Background: Thoracoscopic diaphragmatic hernia (DH) repair has a high recurrence rate. Effective simulation modeling may improve technical performance for thoracoscopic DH repair. The study purpose was to evaluate measures of validity evidence for a low-cost thoracoscopic DH simulator. Materials and Methods: Synthetic diaphragm/intestine was connected to a to-scale left-sided neonatal rib cage and then covered with synthetic skin. Forty participants evaluated the DH repair simulator, using survey ratings that were analyzed for test content and internal structure validity evidence. Results: Observed averages (on a scale of 0-5) for the domains were 4.6 for Relevance, 4.5 for Value, 4.3 for Physical attributes, 4.0 for Realism of experience, 3.8 for Realism of materials, and 4.2 for Ability to perform. The highest observed averages were "relevance to practice" and "value, testing tool," whereas the lowest ratings were realism, intestines and realism, diaphragm. The observed average of global opinion ratings was 2.84/4.0, indicating the simulator can be considered for teaching thoracoscopic DH repair but could be improved. Experienced surgeons (more than eight DH repairs, at least four thoracoscopic repairs) had higher overall ratings than inexperienced surgeons (4.4 versus 4.1, P=.001). Conclusions: We successfully created a thoracic space relevant to a thoracoscopic DH repair and completed the model using inexpensive, readily accessible materials. After participants performed a simulated thoracoscopic DH repair, their ratings indicated the simulator was relevant to clinical practice and valuable as a learning tool but still requires improvements. Improvements and additional evaluation of validity evidence (content, internal structure, response processes, and relationship to other variables) are necessary prior to full implementation of this model as an educational tool.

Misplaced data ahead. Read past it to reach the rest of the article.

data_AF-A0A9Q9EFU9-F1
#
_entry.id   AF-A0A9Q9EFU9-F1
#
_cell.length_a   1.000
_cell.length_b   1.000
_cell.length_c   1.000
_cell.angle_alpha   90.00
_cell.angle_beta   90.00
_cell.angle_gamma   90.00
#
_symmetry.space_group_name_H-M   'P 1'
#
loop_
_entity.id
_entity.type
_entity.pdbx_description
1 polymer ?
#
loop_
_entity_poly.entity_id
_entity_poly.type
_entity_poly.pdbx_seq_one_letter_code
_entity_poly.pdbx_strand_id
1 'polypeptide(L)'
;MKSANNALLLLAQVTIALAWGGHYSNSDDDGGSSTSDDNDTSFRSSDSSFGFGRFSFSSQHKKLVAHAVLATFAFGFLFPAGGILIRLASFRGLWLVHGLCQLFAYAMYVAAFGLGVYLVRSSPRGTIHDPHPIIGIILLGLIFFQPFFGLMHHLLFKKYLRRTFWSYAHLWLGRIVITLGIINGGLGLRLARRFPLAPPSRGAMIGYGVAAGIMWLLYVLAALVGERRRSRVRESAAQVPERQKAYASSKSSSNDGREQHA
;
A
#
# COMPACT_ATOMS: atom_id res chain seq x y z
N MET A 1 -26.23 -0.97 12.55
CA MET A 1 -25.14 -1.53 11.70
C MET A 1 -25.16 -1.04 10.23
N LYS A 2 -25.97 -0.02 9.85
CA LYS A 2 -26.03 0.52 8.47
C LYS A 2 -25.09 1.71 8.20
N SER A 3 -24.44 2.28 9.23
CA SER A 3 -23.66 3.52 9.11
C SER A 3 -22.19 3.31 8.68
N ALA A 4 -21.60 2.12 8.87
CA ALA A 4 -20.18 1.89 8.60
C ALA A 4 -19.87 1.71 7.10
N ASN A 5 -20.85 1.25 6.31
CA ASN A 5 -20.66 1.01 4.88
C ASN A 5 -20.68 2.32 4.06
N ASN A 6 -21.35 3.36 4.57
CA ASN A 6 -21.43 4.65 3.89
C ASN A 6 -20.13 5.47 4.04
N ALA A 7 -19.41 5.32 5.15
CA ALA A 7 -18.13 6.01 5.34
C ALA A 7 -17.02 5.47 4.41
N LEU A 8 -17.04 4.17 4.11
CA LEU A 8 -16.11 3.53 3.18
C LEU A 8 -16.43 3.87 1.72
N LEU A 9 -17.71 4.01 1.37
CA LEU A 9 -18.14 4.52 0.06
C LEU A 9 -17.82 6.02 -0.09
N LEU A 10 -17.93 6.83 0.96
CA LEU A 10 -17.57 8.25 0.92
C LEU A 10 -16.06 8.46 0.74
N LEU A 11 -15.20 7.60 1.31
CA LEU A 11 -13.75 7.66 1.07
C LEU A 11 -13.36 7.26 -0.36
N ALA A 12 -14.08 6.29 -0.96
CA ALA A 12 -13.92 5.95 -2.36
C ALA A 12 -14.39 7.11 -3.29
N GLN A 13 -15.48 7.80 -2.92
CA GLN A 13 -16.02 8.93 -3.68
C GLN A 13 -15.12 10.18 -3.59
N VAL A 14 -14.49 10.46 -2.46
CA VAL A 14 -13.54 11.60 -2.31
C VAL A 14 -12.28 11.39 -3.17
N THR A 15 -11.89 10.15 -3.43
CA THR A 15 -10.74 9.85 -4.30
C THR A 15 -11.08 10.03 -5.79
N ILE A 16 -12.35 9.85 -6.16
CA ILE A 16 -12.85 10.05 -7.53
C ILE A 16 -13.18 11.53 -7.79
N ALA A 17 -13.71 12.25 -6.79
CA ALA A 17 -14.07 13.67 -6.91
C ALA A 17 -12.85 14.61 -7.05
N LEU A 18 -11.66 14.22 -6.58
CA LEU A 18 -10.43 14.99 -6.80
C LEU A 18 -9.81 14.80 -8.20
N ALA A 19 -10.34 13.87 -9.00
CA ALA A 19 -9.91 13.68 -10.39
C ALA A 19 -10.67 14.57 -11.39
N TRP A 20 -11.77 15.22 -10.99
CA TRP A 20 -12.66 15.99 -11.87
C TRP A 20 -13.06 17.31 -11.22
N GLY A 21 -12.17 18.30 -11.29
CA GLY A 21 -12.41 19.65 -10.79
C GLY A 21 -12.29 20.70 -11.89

|Original language||English (US)|
|Number of pages||5|
|Journal||Journal of Laparoendoscopic and Advanced Surgical Techniques|
|State||Published - Aug 1 2013|
ASJC Scopus subject areas